"Sulfation" in the PbO2 anode plate, which is an important problem in Lead-Acid batteries that have a cathode / anode pair containing Lead and Lead oxide, is an issue that has been tried to be solved for years as a factor that shortens the cycle life of the battery and increases the capacity loss. On the other hand, the advantage of Carbon anodes used in "Super Capacitor" applications is known. In recent years, with the technologies called "Advanced Lead Acid", the cycle life of the batteries has begun to be increased with the hybrid anode structures containing Lead-oxide / carbon versus Lead Cathode. This technology, which started to take place in the market with automobile starter batteries, will be used in stationary applications as it develops.

Lithium-ion Batteries

Lithium, an alkali metal, with atomic number 3, is the "smallest" atom of the periodic table after Hydrogen and Helium. Therefore, ion mobilization between Anode and Cathode in chemical reactions is very easy. It is capable of generating an E0 standard potential much higher than any other metal such as -3.04V when it gives off electrons.

Due to these features, Lithium has become one of the most preferred elements of rechargeable (secondary) battery technologies. Since Lithium Metal Oxide (Li-Ion) and Lithium Metal Phosphate based "cathode" (positive electrode) materials can provide a very high energy storage density as a rechargeable battery, it has made it a preferred technology especially in mobile equipment and electric vehicles (EV).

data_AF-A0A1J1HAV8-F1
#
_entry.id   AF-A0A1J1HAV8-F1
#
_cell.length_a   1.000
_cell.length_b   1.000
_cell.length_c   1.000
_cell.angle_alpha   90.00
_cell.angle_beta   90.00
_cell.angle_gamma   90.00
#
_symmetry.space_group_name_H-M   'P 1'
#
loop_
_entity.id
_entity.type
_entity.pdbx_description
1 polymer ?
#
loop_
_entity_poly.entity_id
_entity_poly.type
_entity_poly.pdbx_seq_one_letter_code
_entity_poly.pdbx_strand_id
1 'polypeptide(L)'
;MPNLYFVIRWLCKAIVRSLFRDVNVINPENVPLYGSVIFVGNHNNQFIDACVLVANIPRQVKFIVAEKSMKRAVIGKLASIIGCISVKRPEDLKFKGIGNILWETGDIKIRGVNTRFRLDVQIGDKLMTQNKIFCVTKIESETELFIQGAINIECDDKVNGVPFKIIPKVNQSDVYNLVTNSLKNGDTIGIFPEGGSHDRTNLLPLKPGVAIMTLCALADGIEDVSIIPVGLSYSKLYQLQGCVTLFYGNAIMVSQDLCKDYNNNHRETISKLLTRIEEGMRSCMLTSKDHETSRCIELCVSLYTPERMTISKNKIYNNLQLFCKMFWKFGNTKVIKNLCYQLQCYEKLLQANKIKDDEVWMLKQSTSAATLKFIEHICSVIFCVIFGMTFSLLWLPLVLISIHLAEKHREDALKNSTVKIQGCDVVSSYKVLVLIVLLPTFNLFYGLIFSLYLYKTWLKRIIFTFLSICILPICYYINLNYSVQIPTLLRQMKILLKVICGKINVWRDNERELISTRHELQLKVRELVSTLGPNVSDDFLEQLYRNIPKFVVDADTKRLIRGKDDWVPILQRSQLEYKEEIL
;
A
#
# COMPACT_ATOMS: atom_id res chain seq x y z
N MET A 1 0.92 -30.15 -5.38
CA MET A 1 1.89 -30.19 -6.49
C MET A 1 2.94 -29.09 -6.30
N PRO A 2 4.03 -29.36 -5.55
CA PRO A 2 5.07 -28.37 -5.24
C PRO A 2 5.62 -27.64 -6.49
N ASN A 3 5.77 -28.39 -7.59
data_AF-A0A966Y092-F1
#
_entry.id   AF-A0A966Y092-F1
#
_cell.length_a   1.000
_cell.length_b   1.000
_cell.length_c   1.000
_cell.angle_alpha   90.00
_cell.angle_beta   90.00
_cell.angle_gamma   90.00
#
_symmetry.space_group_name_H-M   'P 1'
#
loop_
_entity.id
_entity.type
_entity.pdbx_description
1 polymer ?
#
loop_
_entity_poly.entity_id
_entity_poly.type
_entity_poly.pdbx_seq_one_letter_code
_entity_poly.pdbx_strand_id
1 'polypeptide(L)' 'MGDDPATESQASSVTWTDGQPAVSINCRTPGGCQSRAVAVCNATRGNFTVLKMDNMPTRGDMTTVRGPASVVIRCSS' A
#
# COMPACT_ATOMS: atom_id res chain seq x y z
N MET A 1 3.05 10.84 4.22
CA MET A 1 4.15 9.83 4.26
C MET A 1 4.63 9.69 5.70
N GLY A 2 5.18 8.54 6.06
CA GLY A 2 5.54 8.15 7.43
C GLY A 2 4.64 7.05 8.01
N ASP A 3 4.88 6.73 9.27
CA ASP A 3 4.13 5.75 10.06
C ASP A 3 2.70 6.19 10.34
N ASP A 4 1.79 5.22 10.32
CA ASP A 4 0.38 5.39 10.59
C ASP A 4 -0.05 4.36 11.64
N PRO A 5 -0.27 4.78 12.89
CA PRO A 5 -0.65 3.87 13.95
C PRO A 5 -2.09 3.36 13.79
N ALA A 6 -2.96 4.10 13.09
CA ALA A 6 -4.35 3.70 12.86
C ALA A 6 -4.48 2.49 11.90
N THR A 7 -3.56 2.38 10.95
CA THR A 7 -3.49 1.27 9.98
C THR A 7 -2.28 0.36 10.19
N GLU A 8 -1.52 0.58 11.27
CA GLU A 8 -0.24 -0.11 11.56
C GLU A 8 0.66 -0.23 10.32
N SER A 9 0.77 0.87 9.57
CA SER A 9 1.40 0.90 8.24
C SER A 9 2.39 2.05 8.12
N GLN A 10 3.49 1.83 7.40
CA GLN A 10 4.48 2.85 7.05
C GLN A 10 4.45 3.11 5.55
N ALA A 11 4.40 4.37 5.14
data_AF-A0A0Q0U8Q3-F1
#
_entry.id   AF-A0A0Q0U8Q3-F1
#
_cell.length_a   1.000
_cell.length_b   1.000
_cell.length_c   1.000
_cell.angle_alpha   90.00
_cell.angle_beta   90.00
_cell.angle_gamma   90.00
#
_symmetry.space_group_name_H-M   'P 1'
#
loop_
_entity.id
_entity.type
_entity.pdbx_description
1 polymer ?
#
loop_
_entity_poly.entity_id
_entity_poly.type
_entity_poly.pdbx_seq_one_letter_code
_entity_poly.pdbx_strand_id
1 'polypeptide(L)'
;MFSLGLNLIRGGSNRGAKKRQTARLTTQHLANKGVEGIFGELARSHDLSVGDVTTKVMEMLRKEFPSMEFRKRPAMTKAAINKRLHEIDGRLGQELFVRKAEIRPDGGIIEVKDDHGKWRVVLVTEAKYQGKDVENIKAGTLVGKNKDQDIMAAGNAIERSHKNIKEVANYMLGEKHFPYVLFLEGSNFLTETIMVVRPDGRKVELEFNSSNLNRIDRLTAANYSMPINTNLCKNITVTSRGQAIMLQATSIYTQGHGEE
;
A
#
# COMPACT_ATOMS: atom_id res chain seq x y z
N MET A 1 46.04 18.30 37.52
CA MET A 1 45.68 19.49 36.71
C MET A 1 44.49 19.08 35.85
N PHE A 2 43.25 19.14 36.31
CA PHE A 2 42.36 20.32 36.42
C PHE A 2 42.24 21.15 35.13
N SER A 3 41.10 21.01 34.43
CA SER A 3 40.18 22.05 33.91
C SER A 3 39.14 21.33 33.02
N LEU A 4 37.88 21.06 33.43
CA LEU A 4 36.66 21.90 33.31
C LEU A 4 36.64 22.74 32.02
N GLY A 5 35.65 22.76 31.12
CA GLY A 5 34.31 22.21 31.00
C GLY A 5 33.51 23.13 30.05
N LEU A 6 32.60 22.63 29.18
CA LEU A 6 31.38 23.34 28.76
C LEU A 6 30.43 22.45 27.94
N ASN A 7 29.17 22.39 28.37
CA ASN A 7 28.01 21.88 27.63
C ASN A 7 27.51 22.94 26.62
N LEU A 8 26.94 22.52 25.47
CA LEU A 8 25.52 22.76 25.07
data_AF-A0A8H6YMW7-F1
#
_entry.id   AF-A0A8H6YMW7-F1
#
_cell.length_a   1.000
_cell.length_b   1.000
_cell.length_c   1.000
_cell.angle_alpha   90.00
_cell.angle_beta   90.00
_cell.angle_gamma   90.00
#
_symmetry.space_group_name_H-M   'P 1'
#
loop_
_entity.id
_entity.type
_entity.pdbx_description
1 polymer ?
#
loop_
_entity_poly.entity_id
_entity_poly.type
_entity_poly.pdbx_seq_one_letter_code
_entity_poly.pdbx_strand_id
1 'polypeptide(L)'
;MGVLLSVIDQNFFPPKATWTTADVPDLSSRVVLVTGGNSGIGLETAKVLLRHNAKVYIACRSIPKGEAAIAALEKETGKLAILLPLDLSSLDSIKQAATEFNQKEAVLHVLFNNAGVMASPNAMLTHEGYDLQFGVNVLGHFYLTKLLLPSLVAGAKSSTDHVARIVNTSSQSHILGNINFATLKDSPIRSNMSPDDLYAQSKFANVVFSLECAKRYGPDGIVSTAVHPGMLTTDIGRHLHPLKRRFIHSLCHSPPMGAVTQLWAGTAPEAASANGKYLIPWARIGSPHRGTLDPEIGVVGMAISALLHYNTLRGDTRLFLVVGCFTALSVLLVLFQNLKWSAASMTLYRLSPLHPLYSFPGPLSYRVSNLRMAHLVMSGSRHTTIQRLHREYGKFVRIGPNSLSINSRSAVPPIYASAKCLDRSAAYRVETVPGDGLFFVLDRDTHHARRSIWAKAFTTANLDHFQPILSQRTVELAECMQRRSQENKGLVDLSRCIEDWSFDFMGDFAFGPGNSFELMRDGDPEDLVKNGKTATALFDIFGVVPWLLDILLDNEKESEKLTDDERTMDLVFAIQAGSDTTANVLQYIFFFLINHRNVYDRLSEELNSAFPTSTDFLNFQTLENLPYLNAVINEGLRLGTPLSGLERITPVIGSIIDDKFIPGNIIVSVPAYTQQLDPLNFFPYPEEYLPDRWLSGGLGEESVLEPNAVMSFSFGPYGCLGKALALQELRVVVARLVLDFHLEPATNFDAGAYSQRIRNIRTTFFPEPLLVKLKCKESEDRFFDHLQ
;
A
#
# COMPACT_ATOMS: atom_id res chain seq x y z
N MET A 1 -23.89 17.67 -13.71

The element lithium is known as the 31st most abundant element in nature. Mining is carried out in the world, especially in China, North America, Brazil, Chile, Argentina, Russia, Spain, Afghanistan and some parts of Africa. Its reserves (excluding those that can be obtained from sea water) are estimated to be around 28.4 million tons. Relatively 0.17 ppm Lithium is present in 1.4 × 1021 kg sea water. In other words, the reserves of all seas contain 200 Billion Tons of Lithium. In this context, Lithium is not an element that will end quickly.

Basic characteristics of Lithium Metal Oxide Cathode type batteries, which are the most used types of Lithium-Ion batteries
- High energy density (270 Wh / lt, 220 Wh / kg)
High charging efficiency (~ 98%)
- Cycle life (500-1500 cycles @ 80% DoD)

In this type of batteries, the cathode is made of materials called "lithiated metal oxide" (LiCoO2, LiMnO4, LiNO2 etc.) and the anode consists of carbon graphite material in its surface structure.


The electrolyte material is from lithium salts (eg LiPF6) dissolved in organic carbonate (PC-Propylene Carbonate, EC-Ethylene Carbonate, DMC-Dimethyl Cabonate, DEC-Diethyl Carbonate). During charging, the lithium atoms in the cathode become ionized and pass through the electrolyte and reach the carbon anode and combine, giving current electron in the outer circuit. This process is reversed on discharge.

When Lithium Manganese Oxide (LiMnO4) is used instead of Lithium Cobalt Oxide (LiCoO2), the risk of explosion is eliminated in the overcharge created by Cobalt. However, when it goes above 50
°C in this type of battery, the performance drops dramatically. On the other hand, when using Manganese (Mn), the energy density drops by 20%. However, Manganese is a much safer and more environmentally friendly element than Cobalt. However, cobalt based Li-Ion batteries are preferred due to their energy density.